These two particular recipes from " Two fifteenth-century cookery-books : Harleian MS. 279 (ab 1430), & Harl. MS. 4016 (ab. 1450), with extracts from Ashmole MS. 1439, Laud MS. 553, & Douce MS. 55 " by Thomas Austin could be mistaken for modern dishes known as "aspics". An aspic is gelatine made from meat stock that is molded and include pieces of meat, fish or eggs. All aspics are gelatine, but not all gelatines are aspics. The primary difference being the sweetness of the dish; aspics are savory, and gelatines are sweet, with medieval and rennaissance aspics falling somewhere in the middle of the two making them the precursor's to the fancy modern day dishes we know today. The oldest evidence of the making of gelatine can be found in the Nahal Hemar Cave near Mt. Sedom in Israel. During the excavation it was discovered that numerous cave paintings, baskets and utinsels contained collagen that was derived from animal skins. It was used as a glue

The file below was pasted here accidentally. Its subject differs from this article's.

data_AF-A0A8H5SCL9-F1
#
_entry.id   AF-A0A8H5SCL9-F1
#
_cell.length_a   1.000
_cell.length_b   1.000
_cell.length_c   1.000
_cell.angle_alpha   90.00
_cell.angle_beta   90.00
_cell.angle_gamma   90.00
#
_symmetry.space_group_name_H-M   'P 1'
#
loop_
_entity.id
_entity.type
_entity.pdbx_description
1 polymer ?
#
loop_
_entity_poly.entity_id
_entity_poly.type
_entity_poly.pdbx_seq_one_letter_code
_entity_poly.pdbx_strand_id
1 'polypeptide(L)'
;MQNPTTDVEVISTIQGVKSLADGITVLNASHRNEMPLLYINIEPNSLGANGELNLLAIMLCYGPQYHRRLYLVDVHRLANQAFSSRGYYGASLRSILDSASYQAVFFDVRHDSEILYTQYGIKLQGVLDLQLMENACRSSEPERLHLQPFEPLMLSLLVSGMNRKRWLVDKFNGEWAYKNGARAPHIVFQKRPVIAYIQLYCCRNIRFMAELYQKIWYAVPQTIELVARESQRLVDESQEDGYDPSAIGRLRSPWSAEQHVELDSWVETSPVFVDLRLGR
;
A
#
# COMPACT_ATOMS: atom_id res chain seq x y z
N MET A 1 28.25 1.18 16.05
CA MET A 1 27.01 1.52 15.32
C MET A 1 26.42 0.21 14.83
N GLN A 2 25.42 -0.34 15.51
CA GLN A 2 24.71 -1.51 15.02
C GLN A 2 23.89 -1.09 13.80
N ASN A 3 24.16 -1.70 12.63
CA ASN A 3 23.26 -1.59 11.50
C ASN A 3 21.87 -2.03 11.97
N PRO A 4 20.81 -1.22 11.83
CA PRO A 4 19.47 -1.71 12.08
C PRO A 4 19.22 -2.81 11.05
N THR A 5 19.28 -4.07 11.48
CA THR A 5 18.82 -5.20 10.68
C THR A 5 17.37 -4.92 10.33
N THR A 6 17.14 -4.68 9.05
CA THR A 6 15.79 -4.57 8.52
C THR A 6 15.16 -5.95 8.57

Welcome to Give it Forth: Adventures in Medieval Cooking. In the SCA (Society for Creative Anachronism) I am known as the Honorable Lady Bronwyn ni Mhathain, Shire of Winged Hills, Barony Flaming Gryphon, Midrealm.